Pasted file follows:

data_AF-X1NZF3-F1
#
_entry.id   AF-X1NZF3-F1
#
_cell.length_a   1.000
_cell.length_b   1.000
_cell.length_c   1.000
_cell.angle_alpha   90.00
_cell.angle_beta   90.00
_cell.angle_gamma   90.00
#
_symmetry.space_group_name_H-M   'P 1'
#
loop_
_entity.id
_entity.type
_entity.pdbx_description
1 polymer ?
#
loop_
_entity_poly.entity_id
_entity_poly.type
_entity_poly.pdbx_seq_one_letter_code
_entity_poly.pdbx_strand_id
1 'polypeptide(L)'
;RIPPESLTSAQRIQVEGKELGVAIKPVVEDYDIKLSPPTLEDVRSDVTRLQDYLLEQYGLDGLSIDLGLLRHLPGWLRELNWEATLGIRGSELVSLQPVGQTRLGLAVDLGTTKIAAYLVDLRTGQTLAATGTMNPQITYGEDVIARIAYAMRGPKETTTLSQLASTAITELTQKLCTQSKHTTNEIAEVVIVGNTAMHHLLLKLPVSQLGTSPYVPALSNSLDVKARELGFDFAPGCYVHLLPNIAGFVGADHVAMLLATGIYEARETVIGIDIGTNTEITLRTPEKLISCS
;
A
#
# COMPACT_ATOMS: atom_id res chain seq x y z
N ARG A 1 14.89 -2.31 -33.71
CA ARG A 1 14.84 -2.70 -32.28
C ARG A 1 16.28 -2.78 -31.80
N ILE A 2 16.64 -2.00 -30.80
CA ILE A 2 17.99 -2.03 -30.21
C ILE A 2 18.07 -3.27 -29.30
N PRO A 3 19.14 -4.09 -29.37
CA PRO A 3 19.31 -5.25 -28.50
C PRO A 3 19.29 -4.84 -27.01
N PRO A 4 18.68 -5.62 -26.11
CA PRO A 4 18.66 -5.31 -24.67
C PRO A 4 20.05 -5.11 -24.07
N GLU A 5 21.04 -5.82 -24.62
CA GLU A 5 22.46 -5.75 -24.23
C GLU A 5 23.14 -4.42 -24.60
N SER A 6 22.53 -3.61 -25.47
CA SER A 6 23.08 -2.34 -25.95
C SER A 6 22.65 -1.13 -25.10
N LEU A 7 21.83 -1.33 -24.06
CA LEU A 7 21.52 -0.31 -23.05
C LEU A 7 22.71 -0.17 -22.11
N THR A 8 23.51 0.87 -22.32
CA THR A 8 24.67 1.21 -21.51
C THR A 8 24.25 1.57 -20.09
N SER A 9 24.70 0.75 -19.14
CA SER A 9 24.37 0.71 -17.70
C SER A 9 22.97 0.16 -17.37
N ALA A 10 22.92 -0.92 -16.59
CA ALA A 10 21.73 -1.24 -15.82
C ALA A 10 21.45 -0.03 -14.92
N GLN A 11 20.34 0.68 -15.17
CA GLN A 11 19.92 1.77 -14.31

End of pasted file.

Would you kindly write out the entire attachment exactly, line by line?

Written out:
data_AF-X1NZF3-F1
#
_entry.id   AF-X1NZF3-F1
#
_cell.length_a   1.000
_cell.length_b   1.000
_cell.length_c   1.000
_cell.angle_alpha   90.00
_cell.angle_beta   90.00
_cell.angle_gamma   90.00
#
_symmetry.space_group_name_H-M   'P 1'
#
loop_
_entity.id
_entity.type
_entity.pdbx_description
1 polymer ?
#
loop_
_entity_poly.entity_id
_entity_poly.type
_entity_poly.pdbx_seq_one_letter_code
_entity_poly.pdbx_strand_id
1 'polypeptide(L)'
;RIPPESLTSAQRIQVEGKELGVAIKPVVEDYDIKLSPPTLEDVRSDVTRLQDYLLEQYGLDGLSIDLGLLRHLPGWLRELNWEATLGIRGSELVSLQPVGQTRLGLAVDLGTTKIAAYLVDLRTGQTLAATGTMNPQITYGEDVIARIAYAMRGPKETTTLSQLASTAITELTQKLCTQSKHTTNEIAEVVIVGNTAMHHLLLKLPVSQLGTSPYVPALSNSLDVKARELGFDFAPGCYVHLLPNIAGFVGADHVAMLLATGIYEARETVIGIDIGTNTEITLRTPEKLISCS
;
A
#
# COMPACT_ATOMS: atom_id res chain seq x y z
N ARG A 1 14.89 -2.31 -33.71
CA ARG A 1 14.84 -2.70 -32.28
C ARG A 1 16.28 -2.78 -31.80
N ILE A 2 16.64 -2.00 -30.80
CA ILE A 2 17.99 -2.03 -30.21
C ILE A 2 18.07 -3.27 -29.30
N PRO A 3 19.14 -4.09 -29.37
CA PRO A 3 19.31 -5.25 -28.50
C PRO A 3 19.29 -4.84 -27.01
N PRO A 4 18.68 -5.62 -26.11
CA PRO A 4 18.66 -5.31 -24.67
C PRO A 4 20.05 -5.11 -24.07
N GLU A 5 21.04 -5.82 -24.62
CA GLU A 5 22.46 -5.75 -24.23
C GLU A 5 23.14 -4.42 -24.60
N SER A 6 22.53 -3.61 -25.47
CA SER A 6 23.08 -2.34 -25.95
C SER A 6 22.65 -1.13 -25.10
N LEU A 7 21.83 -1.33 -24.06
CA LEU A 7 21.52 -0.31 -23.05
C LEU A 7 22.71 -0.17 -22.11
N THR A 8 23.51 0.87 -22.32
CA THR A 8 24.67 1.21 -21.51
C THR A 8 24.25 1.57 -20.09
N SER A 9 24.70 0.75 -19.14
CA SER A 9 24.37 0.71 -17.70
C SER A 9 22.97 0.16 -17.37
N ALA A 10 22.92 -0.92 -16.59
CA ALA A 10 21.73 -1.24 -15.82
C ALA A 10 21.45 -0.03 -14.92
N GLN A 11 20.34 0.68 -15.17
CA GLN A 11 19.92 1.77 -14.31